Some students might hope that they’ll no longer need to memorise or work on math equations, for instance, is tools like AI are available. For those students, I have some bad news! Understanding concepts, such as mental arithmetic, will still be necessary – but fortunately, the process may not be as mentally taxing as math becomes more and more automated.

Just as in the past software took the place of accounting, order processing, and architectural planning, tools for creating and processing will become more intelligent in this way. Goals and creativity will still begin at the human level, but new technologies may provide a different way and timeline to achieve the desired result.

Educational evolution: designing the perfect classroom for tomorrow today

To future-proof learning spaces, I’d prioritise the creation of highly flexible areas that provide for everything from rudimentary to extraordinary use cases. In other words, traditional lecture-style rooms that can seamlessly transition into more sophisticated spaces.

The rooms’ enhanced systems should offer augmented video, enriched audio, and comfortable seating/furniture options that provide inclusive event and immersive sessions for the learner to experience sense-based learning options. Gaming and e-sports already provide these types of experiences with curved monitors, headphones and mics, and furniture that cocoons the person, making them one with the session. These environments will become more prevalent in classrooms to facilitate more immersive education.

Keeping state-of-the-art tech simple

However, the installation of all this advanced technology is meaningless if it’s then too complicated for everyday teachers to use. Systems still need to remain simple, functional, and appropriate for the type of class experience. As faculty members rely heavily on the technological components of a classroom to share curriculum, it needs to remain basic to facilitate to subject matter, rather than become the focus/issue of a session.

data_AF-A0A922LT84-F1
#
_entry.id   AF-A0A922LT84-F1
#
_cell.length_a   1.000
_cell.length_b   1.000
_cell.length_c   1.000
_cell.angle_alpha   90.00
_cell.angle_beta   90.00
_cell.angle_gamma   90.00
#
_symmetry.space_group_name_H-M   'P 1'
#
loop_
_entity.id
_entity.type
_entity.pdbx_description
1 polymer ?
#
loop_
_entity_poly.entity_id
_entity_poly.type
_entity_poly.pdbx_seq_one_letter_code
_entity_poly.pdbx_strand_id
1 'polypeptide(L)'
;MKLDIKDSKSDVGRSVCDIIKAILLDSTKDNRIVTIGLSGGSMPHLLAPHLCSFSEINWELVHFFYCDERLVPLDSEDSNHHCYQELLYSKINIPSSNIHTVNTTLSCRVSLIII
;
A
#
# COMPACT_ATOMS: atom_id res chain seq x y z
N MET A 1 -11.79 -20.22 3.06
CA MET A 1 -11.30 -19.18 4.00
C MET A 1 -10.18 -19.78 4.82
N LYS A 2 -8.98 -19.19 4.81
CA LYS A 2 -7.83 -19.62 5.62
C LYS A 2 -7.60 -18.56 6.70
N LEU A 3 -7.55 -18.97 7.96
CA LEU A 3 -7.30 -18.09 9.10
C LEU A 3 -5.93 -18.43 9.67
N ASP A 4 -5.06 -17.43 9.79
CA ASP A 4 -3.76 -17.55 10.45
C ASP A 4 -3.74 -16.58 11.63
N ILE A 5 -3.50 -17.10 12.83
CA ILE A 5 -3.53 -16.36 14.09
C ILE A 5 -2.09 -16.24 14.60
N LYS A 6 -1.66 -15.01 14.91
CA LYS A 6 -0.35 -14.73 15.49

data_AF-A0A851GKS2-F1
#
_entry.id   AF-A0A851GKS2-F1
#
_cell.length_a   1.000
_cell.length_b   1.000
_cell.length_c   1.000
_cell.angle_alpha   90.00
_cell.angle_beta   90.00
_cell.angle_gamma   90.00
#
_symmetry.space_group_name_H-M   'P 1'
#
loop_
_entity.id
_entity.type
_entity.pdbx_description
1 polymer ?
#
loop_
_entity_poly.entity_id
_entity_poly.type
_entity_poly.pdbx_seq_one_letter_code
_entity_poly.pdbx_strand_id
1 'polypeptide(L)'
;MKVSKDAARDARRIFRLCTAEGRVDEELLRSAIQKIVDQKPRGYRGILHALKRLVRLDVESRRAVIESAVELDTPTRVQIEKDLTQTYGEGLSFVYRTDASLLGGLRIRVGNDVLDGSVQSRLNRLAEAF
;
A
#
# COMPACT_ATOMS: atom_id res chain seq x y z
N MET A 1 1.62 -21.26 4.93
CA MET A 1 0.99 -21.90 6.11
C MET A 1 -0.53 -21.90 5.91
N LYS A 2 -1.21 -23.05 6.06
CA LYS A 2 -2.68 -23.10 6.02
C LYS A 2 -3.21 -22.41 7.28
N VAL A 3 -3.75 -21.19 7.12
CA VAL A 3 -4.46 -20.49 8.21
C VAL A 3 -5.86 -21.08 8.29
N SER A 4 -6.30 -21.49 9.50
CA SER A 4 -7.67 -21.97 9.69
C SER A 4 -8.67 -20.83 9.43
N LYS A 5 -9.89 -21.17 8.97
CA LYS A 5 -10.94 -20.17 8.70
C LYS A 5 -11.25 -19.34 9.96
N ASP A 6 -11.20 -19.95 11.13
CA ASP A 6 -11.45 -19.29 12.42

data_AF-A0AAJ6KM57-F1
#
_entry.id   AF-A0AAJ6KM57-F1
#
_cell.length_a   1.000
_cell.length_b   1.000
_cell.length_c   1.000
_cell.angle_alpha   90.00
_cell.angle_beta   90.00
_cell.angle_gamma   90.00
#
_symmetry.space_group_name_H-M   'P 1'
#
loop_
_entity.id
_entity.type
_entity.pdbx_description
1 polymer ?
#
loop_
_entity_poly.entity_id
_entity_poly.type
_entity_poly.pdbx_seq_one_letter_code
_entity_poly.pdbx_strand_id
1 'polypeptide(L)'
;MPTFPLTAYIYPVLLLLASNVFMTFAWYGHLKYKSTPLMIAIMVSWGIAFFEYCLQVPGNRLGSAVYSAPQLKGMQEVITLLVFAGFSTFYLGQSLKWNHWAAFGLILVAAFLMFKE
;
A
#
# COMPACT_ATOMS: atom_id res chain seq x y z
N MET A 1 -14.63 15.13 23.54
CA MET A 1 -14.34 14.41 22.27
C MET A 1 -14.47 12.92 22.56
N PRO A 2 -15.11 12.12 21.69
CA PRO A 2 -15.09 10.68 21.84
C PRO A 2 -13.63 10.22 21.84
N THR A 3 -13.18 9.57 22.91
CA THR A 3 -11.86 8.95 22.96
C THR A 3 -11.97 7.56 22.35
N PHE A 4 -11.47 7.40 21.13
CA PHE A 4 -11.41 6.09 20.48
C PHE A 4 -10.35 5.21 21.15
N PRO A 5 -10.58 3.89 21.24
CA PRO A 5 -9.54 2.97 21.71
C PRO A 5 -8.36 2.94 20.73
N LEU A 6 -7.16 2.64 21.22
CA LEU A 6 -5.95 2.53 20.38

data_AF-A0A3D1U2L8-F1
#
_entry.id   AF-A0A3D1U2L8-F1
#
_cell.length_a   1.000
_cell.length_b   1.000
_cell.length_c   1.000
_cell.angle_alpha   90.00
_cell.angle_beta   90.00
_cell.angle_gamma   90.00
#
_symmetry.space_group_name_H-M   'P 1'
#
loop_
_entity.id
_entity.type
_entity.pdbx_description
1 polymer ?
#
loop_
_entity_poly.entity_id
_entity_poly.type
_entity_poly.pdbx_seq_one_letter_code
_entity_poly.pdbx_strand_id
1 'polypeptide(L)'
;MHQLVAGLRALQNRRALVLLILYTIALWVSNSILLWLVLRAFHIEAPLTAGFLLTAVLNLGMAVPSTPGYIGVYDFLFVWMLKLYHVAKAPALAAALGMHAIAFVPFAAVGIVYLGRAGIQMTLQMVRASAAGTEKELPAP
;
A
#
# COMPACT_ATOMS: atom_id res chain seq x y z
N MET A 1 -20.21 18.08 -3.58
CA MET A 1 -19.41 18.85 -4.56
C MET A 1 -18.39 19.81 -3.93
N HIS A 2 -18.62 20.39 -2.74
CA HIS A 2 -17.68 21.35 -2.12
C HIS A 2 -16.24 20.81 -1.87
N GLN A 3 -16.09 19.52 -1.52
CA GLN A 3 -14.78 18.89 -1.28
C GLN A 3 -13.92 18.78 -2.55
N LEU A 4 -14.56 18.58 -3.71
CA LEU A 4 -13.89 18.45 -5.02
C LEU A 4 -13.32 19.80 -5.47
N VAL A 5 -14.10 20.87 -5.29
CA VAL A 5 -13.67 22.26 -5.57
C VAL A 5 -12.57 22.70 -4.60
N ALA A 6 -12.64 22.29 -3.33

Training faculty to use the systems, standardising the user experience, and offering tools for help/assistance are all great starting points for a better experience for both teachers and students, and will ensure less disruption to teaching time. Plus, when a teacher knows what to expect and is comfortable and familiar with the system, they will use it more regularly and take advantage of its features.

When support and helpdesk create efficient processes and procedures, there is less downtime in classrooms and more faculty satisfaction. Setting up maintenance practices, hiring knowledgeable tech staff, and offering reliable solutions can make the difference. The reality is that solid campus technology, less down-time, and well-placed solutions, features, and functionality all help to facilitate greater student enrolment and retention.

Modern higher education has moved towards visual aids, interoperability, and interactivity. And with the seamless technology now readily available to enable this, higher education institutions must begin leveraging it to break down barriers to progress the industry alongside students and lecturers.

What do you think the classroom of the future will look like?